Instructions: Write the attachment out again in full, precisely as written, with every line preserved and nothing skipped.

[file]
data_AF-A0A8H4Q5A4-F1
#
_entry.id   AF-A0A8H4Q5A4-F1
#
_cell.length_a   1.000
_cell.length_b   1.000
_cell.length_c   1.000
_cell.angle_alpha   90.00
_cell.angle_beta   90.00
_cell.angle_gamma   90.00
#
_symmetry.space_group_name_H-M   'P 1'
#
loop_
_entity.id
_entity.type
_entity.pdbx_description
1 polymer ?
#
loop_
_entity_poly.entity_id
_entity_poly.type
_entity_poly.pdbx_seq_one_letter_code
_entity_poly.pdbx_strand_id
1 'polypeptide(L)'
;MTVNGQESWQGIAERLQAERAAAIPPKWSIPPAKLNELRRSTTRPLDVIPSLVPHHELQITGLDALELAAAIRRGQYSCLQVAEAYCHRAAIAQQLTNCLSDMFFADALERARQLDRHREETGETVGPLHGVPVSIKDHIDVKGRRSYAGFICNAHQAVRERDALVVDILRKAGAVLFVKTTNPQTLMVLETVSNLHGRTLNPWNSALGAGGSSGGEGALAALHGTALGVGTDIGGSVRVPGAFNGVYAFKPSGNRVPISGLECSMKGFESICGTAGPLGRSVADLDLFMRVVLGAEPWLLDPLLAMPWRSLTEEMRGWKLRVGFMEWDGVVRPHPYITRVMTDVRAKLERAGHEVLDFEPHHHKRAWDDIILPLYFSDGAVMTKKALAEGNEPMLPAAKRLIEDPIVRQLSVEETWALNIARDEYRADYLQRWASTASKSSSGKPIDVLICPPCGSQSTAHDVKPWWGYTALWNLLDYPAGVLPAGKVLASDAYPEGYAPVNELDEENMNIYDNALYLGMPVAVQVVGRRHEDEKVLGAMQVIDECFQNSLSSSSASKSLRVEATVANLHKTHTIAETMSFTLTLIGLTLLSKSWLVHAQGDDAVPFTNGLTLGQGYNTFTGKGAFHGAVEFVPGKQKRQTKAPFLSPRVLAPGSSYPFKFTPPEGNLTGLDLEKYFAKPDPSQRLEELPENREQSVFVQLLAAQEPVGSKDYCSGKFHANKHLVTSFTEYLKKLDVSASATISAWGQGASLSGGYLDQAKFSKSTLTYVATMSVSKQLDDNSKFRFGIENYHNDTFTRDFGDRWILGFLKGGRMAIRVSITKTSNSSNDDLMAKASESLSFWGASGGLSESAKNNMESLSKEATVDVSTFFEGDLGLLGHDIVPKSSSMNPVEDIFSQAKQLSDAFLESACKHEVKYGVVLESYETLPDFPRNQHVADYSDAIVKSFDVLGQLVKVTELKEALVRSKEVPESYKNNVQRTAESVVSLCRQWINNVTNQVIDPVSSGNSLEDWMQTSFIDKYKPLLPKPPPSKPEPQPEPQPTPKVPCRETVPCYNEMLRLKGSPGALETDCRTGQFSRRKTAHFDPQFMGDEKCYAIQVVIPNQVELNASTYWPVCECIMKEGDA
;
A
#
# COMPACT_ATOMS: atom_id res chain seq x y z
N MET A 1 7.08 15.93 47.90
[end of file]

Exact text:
data_AF-A0A8H4Q5A4-F1
#
_entry.id   AF-A0A8H4Q5A4-F1
#
_cell.length_a   1.000
_cell.length_b   1.000
_cell.length_c   1.000
_cell.angle_alpha   90.00
_cell.angle_beta   90.00
_cell.angle_gamma   90.00
#
_symmetry.space_group_name_H-M   'P 1'
#
loop_
_entity.id
_entity.type
_entity.pdbx_description
1 polymer ?
#
loop_
_entity_poly.entity_id
_entity_poly.type
_entity_poly.pdbx_seq_one_letter_code
_entity_poly.pdbx_strand_id
1 'polypeptide(L)'
;MTVNGQESWQGIAERLQAERAAAIPPKWSIPPAKLNELRRSTTRPLDVIPSLVPHHELQITGLDALELAAAIRRGQYSCLQVAEAYCHRAAIAQQLTNCLSDMFFADALERARQLDRHREETGETVGPLHGVPVSIKDHIDVKGRRSYAGFICNAHQAVRERDALVVDILRKAGAVLFVKTTNPQTLMVLETVSNLHGRTLNPWNSALGAGGSSGGEGALAALHGTALGVGTDIGGSVRVPGAFNGVYAFKPSGNRVPISGLECSMKGFESICGTAGPLGRSVADLDLFMRVVLGAEPWLLDPLLAMPWRSLTEEMRGWKLRVGFMEWDGVVRPHPYITRVMTDVRAKLERAGHEVLDFEPHHHKRAWDDIILPLYFSDGAVMTKKALAEGNEPMLPAAKRLIEDPIVRQLSVEETWALNIARDEYRADYLQRWASTASKSSSGKPIDVLICPPCGSQSTAHDVKPWWGYTALWNLLDYPAGVLPAGKVLASDAYPEGYAPVNELDEENMNIYDNALYLGMPVAVQVVGRRHEDEKVLGAMQVIDECFQNSLSSSSASKSLRVEATVANLHKTHTIAETMSFTLTLIGLTLLSKSWLVHAQGDDAVPFTNGLTLGQGYNTFTGKGAFHGAVEFVPGKQKRQTKAPFLSPRVLAPGSSYPFKFTPPEGNLTGLDLEKYFAKPDPSQRLEELPENREQSVFVQLLAAQEPVGSKDYCSGKFHANKHLVTSFTEYLKKLDVSASATISAWGQGASLSGGYLDQAKFSKSTLTYVATMSVSKQLDDNSKFRFGIENYHNDTFTRDFGDRWILGFLKGGRMAIRVSITKTSNSSNDDLMAKASESLSFWGASGGLSESAKNNMESLSKEATVDVSTFFEGDLGLLGHDIVPKSSSMNPVEDIFSQAKQLSDAFLESACKHEVKYGVVLESYETLPDFPRNQHVADYSDAIVKSFDVLGQLVKVTELKEALVRSKEVPESYKNNVQRTAESVVSLCRQWINNVTNQVIDPVSSGNSLEDWMQTSFIDKYKPLLPKPPPSKPEPQPEPQPTPKVPCRETVPCYNEMLRLKGSPGALETDCRTGQFSRRKTAHFDPQFMGDEKCYAIQVVIPNQVELNASTYWPVCECIMKEGDA
;
A
#
# COMPACT_ATOMS: atom_id res chain seq x y z
N MET A 1 7.08 15.93 47.90